The article goes on to describe an incident in January 2012 involving the issue of presidential power to make recess appointments when the Senate is not in session. The president was intent on installing several people in jobs that needed Senate confirmation, but whose nominations had stalled. As the Times described it:
….Mr. Obama bypassed the Senate confirmation process to install four officials using his recess appointment power, even though House Republicans had been forcing the Senate to hold “pro forma” sessions through its winter break to block such appointments.
Mr. Obama declared the sessions a sham, saying the Senate was really in the midst of a lengthy recess. His appointments are facing a legal challenge, and some liberals and many conservatives have warned that he set a dangerous precedent.
….“I refuse to take ‘no’ for an answer,” Mr. Obama declared, beneath a “We Can’t Wait” banner. “When Congress refuses to act and – as a result – hurts our economy and puts people at risk, I have an obligation as president to do what I can without them.
Of course, previous presidents have also tried to aggrandize the powers of the presidency or attempted to end-run Congress. Indeed, the Times article points to such other instances. Significantly, however, while prior presidents may have acted with respect to a particular issue or appointment, Mr. Obama stands out with his single-minded determination to bypass other branches of government when he fears they won’t work to further his agenda.
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Shepherding in the Shomron isn’t your usual kind of shepherding – despite his business-minded beginnings, Eli has discovered that a strong ideological impetus powers the job.
I said to myself, “This story has got to be told. We’re losing this generation of World War II and if we don’t listen to them now, we’ve lost it.”
His entire existence was about spreading simcha and glorifying G-d’s name on a daily basis.
At some point we need to stop simply defending and promoting Israel and start living in Israel
“We Jews are the only people who when we drop a book on the floor pick it up and kiss it.”
Though Zaide was the publisher of The Jewish Press, a big newspaper,I always remember him learning
Speaker Silver has been an extraordinary public servant since his election to the Assembly in 1975 and has been an exemplary leader of that body since 1994.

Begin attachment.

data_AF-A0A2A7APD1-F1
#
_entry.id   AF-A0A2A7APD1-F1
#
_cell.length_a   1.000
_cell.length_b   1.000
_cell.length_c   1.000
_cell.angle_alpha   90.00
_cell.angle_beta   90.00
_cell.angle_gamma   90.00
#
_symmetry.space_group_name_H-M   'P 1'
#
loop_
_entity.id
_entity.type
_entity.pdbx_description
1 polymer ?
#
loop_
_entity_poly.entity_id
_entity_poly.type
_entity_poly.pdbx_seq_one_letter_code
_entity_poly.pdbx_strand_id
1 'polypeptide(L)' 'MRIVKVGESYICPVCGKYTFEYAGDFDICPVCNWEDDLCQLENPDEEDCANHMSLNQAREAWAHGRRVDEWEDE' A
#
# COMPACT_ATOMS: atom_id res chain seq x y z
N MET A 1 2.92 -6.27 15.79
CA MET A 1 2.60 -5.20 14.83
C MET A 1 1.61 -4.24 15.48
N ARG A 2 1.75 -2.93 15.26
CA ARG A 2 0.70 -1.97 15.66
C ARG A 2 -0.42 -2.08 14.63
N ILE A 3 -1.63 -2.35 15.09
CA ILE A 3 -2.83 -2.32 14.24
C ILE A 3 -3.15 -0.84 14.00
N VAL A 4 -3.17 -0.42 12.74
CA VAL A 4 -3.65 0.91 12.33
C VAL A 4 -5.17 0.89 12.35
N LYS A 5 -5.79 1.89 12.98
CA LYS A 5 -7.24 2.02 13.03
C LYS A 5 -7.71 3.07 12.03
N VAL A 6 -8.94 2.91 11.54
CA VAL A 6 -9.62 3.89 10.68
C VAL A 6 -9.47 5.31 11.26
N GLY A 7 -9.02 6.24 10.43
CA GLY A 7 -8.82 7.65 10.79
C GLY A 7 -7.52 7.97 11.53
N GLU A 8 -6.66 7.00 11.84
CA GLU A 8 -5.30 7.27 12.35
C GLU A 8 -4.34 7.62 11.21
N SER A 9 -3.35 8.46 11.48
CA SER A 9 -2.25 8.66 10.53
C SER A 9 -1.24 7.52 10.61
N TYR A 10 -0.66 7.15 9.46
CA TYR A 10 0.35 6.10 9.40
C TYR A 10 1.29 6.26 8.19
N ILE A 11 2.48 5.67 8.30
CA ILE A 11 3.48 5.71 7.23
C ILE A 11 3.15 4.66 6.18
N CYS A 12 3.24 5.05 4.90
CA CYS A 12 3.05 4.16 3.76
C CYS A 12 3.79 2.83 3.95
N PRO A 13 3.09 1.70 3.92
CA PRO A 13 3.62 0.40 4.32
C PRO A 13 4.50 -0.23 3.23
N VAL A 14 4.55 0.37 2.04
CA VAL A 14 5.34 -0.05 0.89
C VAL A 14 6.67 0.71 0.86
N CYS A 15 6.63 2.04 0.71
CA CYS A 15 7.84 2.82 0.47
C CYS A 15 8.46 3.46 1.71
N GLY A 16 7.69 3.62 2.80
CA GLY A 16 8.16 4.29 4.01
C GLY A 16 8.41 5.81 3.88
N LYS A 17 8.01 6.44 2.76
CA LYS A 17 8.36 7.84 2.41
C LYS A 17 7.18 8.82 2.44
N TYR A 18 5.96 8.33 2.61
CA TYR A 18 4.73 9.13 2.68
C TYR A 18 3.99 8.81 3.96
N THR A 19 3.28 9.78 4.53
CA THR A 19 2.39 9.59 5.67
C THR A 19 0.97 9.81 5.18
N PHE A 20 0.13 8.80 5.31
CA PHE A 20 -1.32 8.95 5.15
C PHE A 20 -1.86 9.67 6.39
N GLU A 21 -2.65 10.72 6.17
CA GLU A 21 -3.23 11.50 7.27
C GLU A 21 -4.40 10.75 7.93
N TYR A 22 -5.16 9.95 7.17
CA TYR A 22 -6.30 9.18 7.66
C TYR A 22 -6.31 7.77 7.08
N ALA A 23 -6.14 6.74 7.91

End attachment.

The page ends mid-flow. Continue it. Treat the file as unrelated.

He spent the first leg of his daylong visit to the French capital at Hyper Cacher.
Drawing Congress into the Iran nuclear debate is the last thing the White House wants.
Great leaders like Miriam and like Sarah Schenirer possess the capacity to challenge the status quo that confronts them.
Obama’s foreign policy is viewed by both liberals and conservatives as deeply flawed
Many journalists are covertly blaming the Charlie Hebdo writers themselves through self-censorship.
He spent the first leg of his daylong visit to the French capital at Hyper Cacher.
According to Natan Sharansky, director of the Jewish Agency for Israel, France was the largest source of Jewish emigration to Israel last year and he believes as many as 15,000 French Jews may make aliyah in 2015.
Despite the president’s respectable anti-terrorism record, he doubtless has little interest in being identified with anything that might suggest, however tangentially, criticism of Muslims or Islam.
One wonders what connection that rejection has with turning to the ICC, which would allow the Palestinians to bring war-crime charges against individual Israelis and is certainly one more step away from seeking a negotiated settlement.
In the NPR interview, Mr. Obama said Iran could become a “very successful regional power” if it agreed to a long-term nuclear deal.
Thus, despite the increasingly serious problems for the mayor arising out of the current anti-police protests, Mr. de Blasio apparently will be cut no slack by those who seem to be aiming for a significant role in running the city from the streets and who will do whatever they can to prevent their momentum from ebbing.